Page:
I always love my time in Cambodia. It lacks the polish of Thailand, making travel here a little more rustic and challenging.
But more amazing than any of the country’s sights and activities are the people. I’ve always found them to be incredibly welcoming. Even with so much darkness clouding their recent history, Cambodians always go above and beyond, making any trip here a memorable one.
But don’t take my word for it. Come and see this incredibly country for yourself.
And let these suggested Cambodia itineraries help you plan your trip!
Book Your Trip to Cambodia: Logistical Tips and Tricks
Book Your Flight
Find a cheap flight by using Skyscanner or Momondo. They are my two favorite search engines because they search websites and airlines around the globe, so you always know no stone is being left unturned.
Book Your Accommodation
You can book your hostel with Hostelworld. If you want to stay somewhere other than a hostel, use Booking.com as they consistently return the cheapest rates for guesthouses and cheap hotels. I use them all the time. My favorite places to stay are:
- Sla Boutique Hostel (Phnom Penh) – This is a classy hostel not far from restaurants, bars, and attractions. It’s clean, and the beds are really comfy!
- Topsky Hostel (Siem Reap) – This hostel is in a quiet area and offers basic accommodation. The staff will help you arrange a tuk-tuk and activities.
- Monkey Republic (Sihanoukville) – This hostel is a happening place and always good for a aprty. They have a bar, restaurant, and pool making it really easy to realx and meet people. The staff is really friendly, and they can also organize some day trips for you too.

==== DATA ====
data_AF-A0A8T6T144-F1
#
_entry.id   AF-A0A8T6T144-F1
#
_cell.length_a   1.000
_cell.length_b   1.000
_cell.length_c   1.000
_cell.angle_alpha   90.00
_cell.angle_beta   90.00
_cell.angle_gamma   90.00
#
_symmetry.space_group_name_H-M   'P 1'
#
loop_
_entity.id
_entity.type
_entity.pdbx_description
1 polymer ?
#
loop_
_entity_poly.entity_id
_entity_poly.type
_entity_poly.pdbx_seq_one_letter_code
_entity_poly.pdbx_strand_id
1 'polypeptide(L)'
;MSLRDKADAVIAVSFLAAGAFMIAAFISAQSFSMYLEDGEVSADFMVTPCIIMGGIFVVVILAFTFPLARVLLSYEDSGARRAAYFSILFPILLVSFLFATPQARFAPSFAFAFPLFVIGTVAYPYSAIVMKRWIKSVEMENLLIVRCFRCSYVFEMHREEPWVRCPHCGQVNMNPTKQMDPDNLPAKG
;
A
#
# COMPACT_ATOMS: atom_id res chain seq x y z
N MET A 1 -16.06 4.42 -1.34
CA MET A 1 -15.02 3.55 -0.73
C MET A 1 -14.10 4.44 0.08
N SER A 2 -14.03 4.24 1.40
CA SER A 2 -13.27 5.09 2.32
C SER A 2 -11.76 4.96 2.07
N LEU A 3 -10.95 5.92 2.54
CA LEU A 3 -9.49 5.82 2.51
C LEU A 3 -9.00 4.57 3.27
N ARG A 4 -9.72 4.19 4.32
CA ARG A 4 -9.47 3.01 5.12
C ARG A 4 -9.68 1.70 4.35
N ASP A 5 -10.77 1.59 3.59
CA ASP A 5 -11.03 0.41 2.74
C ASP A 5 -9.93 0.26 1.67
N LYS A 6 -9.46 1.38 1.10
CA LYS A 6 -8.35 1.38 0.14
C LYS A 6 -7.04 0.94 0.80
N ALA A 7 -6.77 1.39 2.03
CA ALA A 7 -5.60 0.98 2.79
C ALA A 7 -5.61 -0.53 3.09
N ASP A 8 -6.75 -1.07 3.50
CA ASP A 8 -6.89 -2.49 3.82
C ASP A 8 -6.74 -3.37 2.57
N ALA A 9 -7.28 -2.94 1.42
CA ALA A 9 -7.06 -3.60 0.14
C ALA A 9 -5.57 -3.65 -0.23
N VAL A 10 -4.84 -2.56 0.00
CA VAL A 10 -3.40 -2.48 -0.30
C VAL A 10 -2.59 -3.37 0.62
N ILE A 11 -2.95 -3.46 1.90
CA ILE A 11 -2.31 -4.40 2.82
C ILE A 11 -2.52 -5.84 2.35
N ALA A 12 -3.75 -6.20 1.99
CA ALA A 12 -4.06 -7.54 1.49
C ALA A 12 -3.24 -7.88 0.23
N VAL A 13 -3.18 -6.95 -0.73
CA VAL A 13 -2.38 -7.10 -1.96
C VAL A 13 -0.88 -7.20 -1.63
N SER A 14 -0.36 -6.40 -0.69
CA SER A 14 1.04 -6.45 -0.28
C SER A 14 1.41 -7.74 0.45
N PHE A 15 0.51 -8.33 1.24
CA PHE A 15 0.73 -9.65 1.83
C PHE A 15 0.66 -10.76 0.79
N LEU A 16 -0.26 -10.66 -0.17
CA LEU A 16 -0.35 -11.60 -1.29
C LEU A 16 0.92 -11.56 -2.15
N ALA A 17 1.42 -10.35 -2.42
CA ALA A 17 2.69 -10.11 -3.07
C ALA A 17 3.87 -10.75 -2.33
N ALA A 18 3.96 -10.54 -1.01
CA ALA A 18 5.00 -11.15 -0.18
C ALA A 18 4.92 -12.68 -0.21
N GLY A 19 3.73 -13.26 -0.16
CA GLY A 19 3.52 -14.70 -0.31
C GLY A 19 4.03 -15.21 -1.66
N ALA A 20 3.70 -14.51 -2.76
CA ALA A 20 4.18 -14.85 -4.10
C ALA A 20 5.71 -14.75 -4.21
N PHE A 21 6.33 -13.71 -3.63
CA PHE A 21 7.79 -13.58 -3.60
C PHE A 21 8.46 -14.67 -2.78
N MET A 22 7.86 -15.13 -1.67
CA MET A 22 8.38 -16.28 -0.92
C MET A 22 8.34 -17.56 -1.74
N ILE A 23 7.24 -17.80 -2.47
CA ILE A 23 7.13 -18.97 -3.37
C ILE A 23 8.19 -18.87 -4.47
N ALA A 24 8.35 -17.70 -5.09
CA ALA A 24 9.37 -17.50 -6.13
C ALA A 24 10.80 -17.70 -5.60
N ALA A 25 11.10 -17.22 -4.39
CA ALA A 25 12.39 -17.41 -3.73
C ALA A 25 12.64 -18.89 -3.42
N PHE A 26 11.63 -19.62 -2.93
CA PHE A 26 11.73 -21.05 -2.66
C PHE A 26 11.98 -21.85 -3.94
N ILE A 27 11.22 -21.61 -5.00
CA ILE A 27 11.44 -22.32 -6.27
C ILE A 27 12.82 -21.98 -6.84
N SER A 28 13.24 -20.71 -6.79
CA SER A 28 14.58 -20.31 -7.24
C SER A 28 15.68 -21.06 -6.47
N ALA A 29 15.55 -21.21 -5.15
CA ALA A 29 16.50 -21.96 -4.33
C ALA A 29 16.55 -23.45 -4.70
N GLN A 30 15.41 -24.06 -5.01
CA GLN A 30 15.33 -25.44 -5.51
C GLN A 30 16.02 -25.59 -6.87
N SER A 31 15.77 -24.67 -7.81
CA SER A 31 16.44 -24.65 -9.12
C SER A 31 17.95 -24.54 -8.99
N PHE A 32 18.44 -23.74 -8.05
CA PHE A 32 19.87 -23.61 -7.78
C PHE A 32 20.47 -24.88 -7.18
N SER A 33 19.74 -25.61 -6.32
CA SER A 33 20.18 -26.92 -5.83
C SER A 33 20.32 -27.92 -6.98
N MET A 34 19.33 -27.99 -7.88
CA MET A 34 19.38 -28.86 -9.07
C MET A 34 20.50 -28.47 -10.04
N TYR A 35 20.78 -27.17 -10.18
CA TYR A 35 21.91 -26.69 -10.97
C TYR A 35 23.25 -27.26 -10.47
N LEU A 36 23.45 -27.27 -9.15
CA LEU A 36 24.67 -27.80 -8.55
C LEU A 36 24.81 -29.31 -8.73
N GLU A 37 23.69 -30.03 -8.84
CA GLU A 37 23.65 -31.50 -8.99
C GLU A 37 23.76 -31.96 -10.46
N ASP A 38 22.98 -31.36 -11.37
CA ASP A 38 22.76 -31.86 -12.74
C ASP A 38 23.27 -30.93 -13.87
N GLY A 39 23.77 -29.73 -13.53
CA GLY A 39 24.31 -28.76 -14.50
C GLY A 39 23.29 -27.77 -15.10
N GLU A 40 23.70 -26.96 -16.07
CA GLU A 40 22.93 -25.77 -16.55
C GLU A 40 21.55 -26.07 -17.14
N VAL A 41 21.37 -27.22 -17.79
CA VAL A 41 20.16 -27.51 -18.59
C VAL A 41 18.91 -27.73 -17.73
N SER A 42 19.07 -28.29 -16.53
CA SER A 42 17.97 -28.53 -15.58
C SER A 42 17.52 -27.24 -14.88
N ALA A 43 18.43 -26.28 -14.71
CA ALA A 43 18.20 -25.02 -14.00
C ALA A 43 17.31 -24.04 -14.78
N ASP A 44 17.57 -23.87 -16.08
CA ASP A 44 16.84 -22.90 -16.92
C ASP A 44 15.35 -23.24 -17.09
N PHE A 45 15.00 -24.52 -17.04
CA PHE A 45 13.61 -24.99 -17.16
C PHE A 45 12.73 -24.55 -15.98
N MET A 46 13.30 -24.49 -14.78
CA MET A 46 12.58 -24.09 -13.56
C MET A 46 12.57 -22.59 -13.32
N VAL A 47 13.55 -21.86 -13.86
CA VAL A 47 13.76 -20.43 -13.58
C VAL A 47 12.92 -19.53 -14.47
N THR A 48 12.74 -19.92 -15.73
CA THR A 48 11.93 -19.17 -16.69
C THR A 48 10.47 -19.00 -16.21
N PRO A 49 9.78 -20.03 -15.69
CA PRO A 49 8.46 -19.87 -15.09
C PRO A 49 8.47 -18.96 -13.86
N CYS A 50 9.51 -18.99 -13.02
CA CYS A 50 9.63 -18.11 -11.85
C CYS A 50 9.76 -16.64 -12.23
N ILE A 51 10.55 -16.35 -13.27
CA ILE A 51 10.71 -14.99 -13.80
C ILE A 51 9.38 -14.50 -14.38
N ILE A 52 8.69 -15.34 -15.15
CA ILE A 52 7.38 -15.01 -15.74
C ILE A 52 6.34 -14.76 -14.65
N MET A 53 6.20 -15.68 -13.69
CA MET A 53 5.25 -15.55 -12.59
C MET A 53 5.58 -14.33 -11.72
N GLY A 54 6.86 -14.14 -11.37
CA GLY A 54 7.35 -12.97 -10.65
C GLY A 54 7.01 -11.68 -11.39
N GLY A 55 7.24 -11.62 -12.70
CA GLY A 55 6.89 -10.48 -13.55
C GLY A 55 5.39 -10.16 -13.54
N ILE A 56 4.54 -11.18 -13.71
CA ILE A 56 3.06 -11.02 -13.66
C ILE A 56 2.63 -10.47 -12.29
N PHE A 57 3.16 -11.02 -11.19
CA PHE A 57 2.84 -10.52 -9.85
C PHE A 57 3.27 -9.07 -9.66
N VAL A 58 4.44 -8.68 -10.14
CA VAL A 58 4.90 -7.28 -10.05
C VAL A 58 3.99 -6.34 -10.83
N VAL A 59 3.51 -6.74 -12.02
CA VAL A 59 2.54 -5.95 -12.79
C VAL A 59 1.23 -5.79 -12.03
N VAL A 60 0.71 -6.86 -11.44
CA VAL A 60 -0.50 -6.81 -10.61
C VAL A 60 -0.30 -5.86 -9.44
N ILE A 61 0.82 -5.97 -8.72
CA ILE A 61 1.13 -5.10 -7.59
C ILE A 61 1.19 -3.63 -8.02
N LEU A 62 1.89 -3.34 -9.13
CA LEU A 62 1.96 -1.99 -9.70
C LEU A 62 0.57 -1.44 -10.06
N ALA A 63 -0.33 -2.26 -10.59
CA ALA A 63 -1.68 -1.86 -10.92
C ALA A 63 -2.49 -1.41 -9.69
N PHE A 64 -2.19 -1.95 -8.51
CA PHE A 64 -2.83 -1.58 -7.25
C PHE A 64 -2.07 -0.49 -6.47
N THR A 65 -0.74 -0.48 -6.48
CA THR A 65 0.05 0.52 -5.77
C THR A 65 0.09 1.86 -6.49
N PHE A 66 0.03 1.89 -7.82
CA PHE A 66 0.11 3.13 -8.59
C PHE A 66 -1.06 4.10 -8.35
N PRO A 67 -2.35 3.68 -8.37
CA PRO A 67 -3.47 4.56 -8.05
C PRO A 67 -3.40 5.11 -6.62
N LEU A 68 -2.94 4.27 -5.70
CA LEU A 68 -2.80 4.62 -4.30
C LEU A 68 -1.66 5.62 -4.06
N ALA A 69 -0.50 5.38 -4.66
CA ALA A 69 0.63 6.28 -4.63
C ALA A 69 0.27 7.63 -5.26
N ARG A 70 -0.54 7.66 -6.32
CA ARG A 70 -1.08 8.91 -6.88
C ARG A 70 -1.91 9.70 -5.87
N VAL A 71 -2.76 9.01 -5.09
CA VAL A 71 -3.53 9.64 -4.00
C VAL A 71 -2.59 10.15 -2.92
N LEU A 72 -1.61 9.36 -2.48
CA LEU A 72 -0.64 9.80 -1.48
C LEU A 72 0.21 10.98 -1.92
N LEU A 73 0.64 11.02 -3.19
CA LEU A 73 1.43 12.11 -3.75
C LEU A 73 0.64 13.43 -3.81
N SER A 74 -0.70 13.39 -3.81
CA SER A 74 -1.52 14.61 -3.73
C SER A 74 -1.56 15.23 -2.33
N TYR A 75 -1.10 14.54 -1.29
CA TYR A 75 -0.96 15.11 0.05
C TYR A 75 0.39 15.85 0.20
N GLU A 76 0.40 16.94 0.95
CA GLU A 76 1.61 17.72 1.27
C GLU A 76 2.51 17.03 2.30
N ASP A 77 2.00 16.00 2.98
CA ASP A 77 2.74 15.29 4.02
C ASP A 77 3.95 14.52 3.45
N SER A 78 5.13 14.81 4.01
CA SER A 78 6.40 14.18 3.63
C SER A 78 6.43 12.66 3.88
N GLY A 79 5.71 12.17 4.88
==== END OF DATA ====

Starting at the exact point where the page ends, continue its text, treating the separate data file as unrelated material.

- Sophea Hostel (Battambang) – This is a family-run hostel and they doo a good job of making you feel at home. The facilities are basic but there’s a nice garden and sitting area. While there’s no restaurant on-site, there are plenty of nearby options.
Don’t Forget Travel Insurance
Travel insurance will protect you against illness, injury, theft, and cancellations. It’s comprehensive protection in case anything goes wrong. I never go on a trip without it, as I’ve had to use it many times in the past. I’ve been using World Nomads for ten years. My favorite companies that offer the best service and value are:
- World Nomads (for everyone below 70)
- Insure My Trip (for those over 70)
Looking for the best companies to save money with?
Check out my resource page for the best companies to use when you travel! I list all those I use to save money, and I think they will help you too!
Want More Information on Cambodia?
Be sure to visit our robust destination guide on Cambodia for even more planning tips!
Photo credit: 14, 15